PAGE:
All the monastic preparations in the world cannot thwart the path of nature in South Dakota! The sisters arrange for Christmas celebrations and services to be open to the public who joins us, we hope to create a schedule that also allows our employees time to be home with their family and loved ones, and many sisters either invite their families to join us for Christmas or visit their family over the Christmas season...then the blizzard creeped in starting on Wednesday afternoon.
Wednesday began with some light drizzling rain and sleet. The weather folk recommended getting to your destinations by late afternoon because the roads would be so slick. This was not unusual for December and while the weather channel seemed a bit excited, we assumed it would all blow over. Thursday dawned with more snow and high winds. Neither of these let up throughout the day, soon the swirling snow began to create the most beautiful drifts in the two inner courtyards at the Monastery. We appreciated the power of the storm, but now began to wonder when it would blow itself out. A usual South Dakota blizzard lasts a day, maybe two at the most. Friday morning I met some of our staff at breakfast! Many of the employees had stayed overnight in our guest rooms and retreat rooms! The weather was too treacherous to try to drive home, and if they had, there would have been no way to come back to work the next day. The wind continued to eddy around the Monastery at gusts between 30 to 40 miles per hour! Wind doesn't stop when it hits a brick wall at that speed, it merely turns direction. Now the drifts in the courtyards were growing by leaps and bounds. The smaller courtyard had snow past the first floor windows and the larger courtyard's drift wasn't far behind! Saturday morning dawned with still more snow and wind. The weather folk predict that the wind will slowly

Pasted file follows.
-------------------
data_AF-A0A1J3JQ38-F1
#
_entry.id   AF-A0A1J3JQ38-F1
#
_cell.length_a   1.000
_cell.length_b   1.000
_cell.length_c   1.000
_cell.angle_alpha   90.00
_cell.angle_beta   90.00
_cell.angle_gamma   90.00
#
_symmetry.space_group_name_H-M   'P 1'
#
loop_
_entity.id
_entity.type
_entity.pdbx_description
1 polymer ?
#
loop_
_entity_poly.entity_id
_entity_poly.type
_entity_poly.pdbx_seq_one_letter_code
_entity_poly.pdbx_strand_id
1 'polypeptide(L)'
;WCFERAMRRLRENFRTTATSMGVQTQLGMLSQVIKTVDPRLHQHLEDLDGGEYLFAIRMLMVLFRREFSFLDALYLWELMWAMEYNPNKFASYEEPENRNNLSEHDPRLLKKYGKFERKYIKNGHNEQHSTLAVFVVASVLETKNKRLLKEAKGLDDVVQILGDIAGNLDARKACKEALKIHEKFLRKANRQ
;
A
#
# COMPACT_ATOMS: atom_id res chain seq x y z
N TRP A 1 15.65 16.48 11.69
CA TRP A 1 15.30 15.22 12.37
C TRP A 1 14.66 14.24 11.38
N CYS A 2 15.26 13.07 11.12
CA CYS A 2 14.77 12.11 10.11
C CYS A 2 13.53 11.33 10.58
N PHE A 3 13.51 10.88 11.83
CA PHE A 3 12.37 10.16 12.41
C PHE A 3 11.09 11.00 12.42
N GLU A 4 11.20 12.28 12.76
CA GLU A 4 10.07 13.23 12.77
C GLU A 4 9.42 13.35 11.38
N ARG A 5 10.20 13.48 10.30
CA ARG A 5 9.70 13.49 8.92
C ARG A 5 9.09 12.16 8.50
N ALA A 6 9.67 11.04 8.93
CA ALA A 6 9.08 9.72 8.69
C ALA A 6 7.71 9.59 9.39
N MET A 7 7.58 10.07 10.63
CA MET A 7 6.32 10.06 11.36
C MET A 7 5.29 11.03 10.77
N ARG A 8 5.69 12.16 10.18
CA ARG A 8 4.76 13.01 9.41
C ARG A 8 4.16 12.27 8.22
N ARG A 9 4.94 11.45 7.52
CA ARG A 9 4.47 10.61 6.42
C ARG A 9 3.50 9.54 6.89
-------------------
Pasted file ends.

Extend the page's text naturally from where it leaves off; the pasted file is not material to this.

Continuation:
die away today and the snow should stop for a bit, but now we will
believe it when we see it.
For three and half days, the Christmas blizzard has buffeted and blown the state of South Dakota to a stand still. It may be hard to understand for those who have never experienced such a storm, but the wind and snow were so thick that you couldn't have seen more than a few feet ahead of yourself at times, and snow blown this hard creates drifts that are as solid as rock. The pictures I've added today are from the Kelo Land news site, two Yankton residents had posted the pictures one from the north side of town and the other from within the city...they amaze me!
Back to Christmas!
I have never realized how grateful I should be that our Monastery is city on a hill. Our home contains our bedrooms, the kitchen and dinning areas, exercise and recreation space, library and computer access, and most importantly our Chapel and prayer space. As the blizzard enveloped the world around us in a white blurr, we were able to continue our Christmas prayer.
Christmas Eve Vespers began with Statio (solemn procession) into Bishop Marty Chapel. As Sr. Organist played "Silent Night" we processed two by two into the candle lit Chapel all fitted out in gold and white for Christmas. It was a beautiful way to begin our celebrations. The next morning we realized that our preparations for Christmas Day Mass were, well, not needed...the usual congregation from the surrounding area could not make it out of their homes! So, we celebrated the Christ Child as a community, praying for those stranded by the cold and snow.
Christmas Day was also a time for family, fun, and food (of course). There was a break after brunch to allow for individual plans, I napped, and then we gathered for a Christmas party. All the community came together for cookies and coffee, carols, and laughter. We received a gift from the community and a few gifts from the generous parishioners at St. Mary Church. It was wonderful. The blizzard had kept everyone in and there were more sisters home for the extended Christmas celebrations than anyone had planned--we were all home for Christmas. That night we finished our Christmas Day with a wonderful meal...steak, wine, and all the fixin's. The sisters lingered over supper telling stories and laughing together. I was on dish duty with Srs. Julie and Paulette, we decided sing as we worked our way through the mountain of supper dishes. Christmas Carols and holiday songs from our childhoods rang merrily off the tiled walls of the dish room.
I feel so blessed to have been Home for Christmas.